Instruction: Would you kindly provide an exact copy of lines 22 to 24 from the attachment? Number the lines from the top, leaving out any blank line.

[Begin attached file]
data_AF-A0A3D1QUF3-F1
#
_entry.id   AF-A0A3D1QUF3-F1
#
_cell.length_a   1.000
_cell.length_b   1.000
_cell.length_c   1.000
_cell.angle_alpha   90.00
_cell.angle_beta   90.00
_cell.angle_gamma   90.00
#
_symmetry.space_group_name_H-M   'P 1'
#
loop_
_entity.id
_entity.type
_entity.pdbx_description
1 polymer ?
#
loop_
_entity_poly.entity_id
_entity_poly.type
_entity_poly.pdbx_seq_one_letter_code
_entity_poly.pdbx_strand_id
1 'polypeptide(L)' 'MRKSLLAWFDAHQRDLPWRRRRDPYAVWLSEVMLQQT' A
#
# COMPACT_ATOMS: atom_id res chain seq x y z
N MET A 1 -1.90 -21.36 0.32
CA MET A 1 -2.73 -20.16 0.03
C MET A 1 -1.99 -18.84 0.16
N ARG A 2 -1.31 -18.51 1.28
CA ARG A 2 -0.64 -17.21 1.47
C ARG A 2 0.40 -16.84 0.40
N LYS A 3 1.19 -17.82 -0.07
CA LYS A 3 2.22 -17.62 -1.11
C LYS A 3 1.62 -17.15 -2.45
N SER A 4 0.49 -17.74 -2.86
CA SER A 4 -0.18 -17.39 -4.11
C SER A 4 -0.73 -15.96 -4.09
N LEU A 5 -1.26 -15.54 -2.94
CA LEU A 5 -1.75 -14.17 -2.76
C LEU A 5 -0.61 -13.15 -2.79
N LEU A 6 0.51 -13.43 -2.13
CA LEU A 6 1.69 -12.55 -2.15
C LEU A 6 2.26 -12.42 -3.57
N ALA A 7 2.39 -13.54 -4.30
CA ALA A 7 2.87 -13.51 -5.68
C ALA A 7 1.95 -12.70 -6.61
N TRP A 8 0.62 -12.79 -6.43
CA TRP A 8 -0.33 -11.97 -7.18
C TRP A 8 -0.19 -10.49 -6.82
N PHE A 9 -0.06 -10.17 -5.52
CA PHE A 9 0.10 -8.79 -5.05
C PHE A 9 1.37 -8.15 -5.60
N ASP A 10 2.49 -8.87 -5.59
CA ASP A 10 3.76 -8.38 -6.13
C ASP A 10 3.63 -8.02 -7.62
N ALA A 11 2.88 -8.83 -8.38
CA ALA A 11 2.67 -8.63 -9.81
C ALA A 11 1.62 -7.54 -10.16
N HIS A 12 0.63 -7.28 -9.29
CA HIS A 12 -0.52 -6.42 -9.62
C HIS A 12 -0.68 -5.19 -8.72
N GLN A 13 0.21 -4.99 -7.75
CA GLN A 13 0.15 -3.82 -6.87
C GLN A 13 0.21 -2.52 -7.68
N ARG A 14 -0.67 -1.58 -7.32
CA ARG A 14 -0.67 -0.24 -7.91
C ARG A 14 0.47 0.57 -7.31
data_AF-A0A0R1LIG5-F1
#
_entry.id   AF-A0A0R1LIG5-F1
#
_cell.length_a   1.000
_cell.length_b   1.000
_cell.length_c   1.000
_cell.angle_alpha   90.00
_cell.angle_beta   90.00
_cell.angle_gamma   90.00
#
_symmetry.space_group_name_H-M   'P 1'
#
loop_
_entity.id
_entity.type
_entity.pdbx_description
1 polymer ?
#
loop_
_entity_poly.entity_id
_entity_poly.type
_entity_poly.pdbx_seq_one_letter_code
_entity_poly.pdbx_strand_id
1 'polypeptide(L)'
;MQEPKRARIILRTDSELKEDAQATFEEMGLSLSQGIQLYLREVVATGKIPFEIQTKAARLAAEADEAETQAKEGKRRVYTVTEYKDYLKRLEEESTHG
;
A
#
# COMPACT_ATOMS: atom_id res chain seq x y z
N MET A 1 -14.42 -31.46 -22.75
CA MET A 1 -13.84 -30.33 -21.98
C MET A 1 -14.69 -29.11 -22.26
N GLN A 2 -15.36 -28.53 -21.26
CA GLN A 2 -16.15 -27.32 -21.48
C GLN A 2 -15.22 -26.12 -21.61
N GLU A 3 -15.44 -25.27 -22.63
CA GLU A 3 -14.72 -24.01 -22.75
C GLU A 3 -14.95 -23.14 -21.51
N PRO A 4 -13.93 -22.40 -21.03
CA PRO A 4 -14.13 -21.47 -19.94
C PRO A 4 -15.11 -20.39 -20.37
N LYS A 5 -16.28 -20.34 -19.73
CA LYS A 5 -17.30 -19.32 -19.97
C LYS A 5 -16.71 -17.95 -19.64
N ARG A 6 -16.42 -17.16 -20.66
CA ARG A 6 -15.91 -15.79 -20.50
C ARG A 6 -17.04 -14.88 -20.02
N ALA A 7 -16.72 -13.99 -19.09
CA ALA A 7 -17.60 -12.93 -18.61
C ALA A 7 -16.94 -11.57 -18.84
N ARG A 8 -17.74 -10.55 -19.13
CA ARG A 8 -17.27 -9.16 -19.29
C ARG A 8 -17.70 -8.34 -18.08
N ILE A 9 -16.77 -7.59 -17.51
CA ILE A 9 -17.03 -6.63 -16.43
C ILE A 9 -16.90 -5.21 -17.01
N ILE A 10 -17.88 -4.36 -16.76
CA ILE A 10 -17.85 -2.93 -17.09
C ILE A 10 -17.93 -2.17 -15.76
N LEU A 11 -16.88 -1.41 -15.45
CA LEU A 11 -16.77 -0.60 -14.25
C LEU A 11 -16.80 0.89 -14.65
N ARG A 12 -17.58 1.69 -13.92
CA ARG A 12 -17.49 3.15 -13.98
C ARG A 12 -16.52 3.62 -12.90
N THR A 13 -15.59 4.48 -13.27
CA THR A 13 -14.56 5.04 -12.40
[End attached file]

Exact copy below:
_entity_poly.type
_entity_poly.pdbx_seq_one_letter_code
_entity_poly.pdbx_strand_id